16. One think that always surprises me is how little “Joe public” knows and cares about where their products are made.

    Some friends who are Astra owners over dinner said that they would like to buy British but no “affordable” cars are made in the UK anymore, so I started at Swindon and went North from Honda, and worked by way up the country ending with the Astra, which apparently they thought was made in Spain.

    Also another conversation I had with a recent purchaser of a new Triumph Bonneville and asked him if it was made in Hinckley or Conburi (Thailand) and he did not care ( I believe in fact all their European bikes, plus a good share US bikes come from the Hinckley), which struck me as rather odd given that he was buying such an “English” bike.

    • As a recent Bonneville purchase, it would have come from their Thailand factory, although (oddly enough), every engine, for every bike they make, is built at Hinckley and then (in the case of the Bonneville) shipped out to Thailand to be built into complete bikes.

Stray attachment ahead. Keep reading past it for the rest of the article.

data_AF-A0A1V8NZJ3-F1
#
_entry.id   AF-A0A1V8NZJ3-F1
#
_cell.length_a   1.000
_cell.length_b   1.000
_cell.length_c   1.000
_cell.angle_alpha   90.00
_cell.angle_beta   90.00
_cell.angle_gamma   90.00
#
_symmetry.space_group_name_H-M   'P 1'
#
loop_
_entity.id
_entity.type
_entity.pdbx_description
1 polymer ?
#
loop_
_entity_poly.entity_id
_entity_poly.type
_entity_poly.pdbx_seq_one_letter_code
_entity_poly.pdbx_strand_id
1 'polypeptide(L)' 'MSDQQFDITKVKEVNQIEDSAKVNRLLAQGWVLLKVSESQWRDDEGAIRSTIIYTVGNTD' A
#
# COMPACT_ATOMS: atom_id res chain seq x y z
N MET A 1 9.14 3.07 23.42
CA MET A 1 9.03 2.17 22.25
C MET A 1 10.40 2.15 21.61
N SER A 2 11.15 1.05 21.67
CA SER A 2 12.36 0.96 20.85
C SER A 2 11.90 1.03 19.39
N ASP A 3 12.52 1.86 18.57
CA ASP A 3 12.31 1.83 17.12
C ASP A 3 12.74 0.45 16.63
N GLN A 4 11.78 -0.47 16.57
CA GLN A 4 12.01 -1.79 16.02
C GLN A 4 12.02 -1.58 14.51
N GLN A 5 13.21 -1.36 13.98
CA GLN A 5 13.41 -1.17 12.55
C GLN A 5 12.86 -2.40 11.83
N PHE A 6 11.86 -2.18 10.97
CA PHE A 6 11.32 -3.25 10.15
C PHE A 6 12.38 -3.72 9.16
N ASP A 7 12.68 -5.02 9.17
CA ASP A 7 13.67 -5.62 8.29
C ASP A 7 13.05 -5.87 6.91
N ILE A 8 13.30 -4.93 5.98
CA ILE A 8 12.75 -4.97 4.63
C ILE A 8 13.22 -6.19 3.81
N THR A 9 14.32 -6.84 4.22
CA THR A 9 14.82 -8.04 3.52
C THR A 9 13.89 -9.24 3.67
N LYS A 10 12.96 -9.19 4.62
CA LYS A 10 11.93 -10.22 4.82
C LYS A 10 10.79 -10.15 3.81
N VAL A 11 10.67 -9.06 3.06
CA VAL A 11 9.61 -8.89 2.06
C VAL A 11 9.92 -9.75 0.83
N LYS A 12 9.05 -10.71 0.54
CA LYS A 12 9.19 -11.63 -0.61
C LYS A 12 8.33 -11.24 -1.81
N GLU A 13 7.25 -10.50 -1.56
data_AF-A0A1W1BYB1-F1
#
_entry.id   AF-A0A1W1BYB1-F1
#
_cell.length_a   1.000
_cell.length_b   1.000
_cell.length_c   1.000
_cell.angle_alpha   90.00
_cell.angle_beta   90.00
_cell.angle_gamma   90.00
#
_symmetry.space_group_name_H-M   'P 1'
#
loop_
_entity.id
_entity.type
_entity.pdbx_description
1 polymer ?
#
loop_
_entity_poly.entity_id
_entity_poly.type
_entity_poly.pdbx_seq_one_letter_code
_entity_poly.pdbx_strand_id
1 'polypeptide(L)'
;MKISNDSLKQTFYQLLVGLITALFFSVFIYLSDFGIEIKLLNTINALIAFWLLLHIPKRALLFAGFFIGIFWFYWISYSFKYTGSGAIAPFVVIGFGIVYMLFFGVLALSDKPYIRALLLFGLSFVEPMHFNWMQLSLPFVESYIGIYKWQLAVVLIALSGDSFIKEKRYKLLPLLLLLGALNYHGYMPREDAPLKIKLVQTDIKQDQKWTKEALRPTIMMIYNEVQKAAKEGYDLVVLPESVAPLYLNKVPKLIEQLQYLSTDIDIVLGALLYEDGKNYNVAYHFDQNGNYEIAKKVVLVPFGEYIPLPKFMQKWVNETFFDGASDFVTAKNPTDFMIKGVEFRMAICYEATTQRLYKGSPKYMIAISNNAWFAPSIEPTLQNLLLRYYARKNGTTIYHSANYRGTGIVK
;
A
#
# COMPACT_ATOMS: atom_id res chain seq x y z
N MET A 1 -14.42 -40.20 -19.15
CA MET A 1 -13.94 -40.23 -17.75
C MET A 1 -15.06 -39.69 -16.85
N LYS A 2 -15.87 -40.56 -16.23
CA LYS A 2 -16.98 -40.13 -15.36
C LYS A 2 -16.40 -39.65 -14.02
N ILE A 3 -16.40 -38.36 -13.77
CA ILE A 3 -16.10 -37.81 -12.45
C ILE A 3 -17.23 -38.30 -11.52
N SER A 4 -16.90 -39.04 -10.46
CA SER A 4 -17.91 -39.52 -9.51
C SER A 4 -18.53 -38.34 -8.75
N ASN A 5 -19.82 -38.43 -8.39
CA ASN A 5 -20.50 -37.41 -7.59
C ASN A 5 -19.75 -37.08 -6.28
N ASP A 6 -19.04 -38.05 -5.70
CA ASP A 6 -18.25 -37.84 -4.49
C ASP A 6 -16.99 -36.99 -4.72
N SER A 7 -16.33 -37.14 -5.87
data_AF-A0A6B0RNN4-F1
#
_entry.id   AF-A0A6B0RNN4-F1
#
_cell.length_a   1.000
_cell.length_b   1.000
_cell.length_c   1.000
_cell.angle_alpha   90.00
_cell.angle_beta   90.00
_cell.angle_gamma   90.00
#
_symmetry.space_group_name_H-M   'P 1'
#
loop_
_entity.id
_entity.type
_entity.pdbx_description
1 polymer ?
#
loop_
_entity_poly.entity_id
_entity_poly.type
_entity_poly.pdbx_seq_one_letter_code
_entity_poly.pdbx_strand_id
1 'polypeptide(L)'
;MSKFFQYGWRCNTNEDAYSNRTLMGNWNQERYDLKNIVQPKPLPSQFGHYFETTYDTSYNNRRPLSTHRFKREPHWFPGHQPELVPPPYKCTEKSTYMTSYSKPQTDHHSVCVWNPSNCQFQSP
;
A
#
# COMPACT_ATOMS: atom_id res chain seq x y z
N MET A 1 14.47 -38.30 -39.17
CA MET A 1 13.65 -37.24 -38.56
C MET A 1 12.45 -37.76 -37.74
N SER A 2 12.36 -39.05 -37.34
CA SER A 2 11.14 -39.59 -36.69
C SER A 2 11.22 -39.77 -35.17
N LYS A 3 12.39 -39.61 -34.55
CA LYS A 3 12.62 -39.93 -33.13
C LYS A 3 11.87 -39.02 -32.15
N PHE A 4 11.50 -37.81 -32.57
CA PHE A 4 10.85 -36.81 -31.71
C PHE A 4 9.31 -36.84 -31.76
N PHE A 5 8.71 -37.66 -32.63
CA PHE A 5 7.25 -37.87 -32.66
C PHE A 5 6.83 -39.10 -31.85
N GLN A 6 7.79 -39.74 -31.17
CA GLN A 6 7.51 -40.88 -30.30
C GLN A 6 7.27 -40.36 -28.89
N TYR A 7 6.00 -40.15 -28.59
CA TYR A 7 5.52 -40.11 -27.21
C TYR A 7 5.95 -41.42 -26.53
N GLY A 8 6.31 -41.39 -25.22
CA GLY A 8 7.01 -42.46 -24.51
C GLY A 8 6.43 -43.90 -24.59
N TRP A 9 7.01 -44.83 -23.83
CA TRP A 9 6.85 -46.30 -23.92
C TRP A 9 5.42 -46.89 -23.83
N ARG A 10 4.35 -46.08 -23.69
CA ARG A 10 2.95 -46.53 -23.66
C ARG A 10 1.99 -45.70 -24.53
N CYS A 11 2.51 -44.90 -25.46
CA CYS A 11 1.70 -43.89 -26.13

17. The Goodyear tyres on my MG3 came from Slovakia, so it definitely has something European manufactured on it!

  18. Well even when the Big Four were at their peak in the early seventies, only British Leyland was British owned and for all Ford, Vauxhall and Rootes Chrysler had big manufacturing plants here, plans were afoot to standardise models so strikes in British factories could be beaten by importing cars. It’s the same then as it is now, suppose Nissan had a huge strike in Sunderland, they could simply import most of their models from other countries and close the factory down. However, the completely foreign owned industry we have now is completely strike free, the unions have no interest in class warfare and the workers take a pride in what they produce.

  19. It’s very rare to find a good British (particularly English) CEO. Something in our culture about greed at any cost.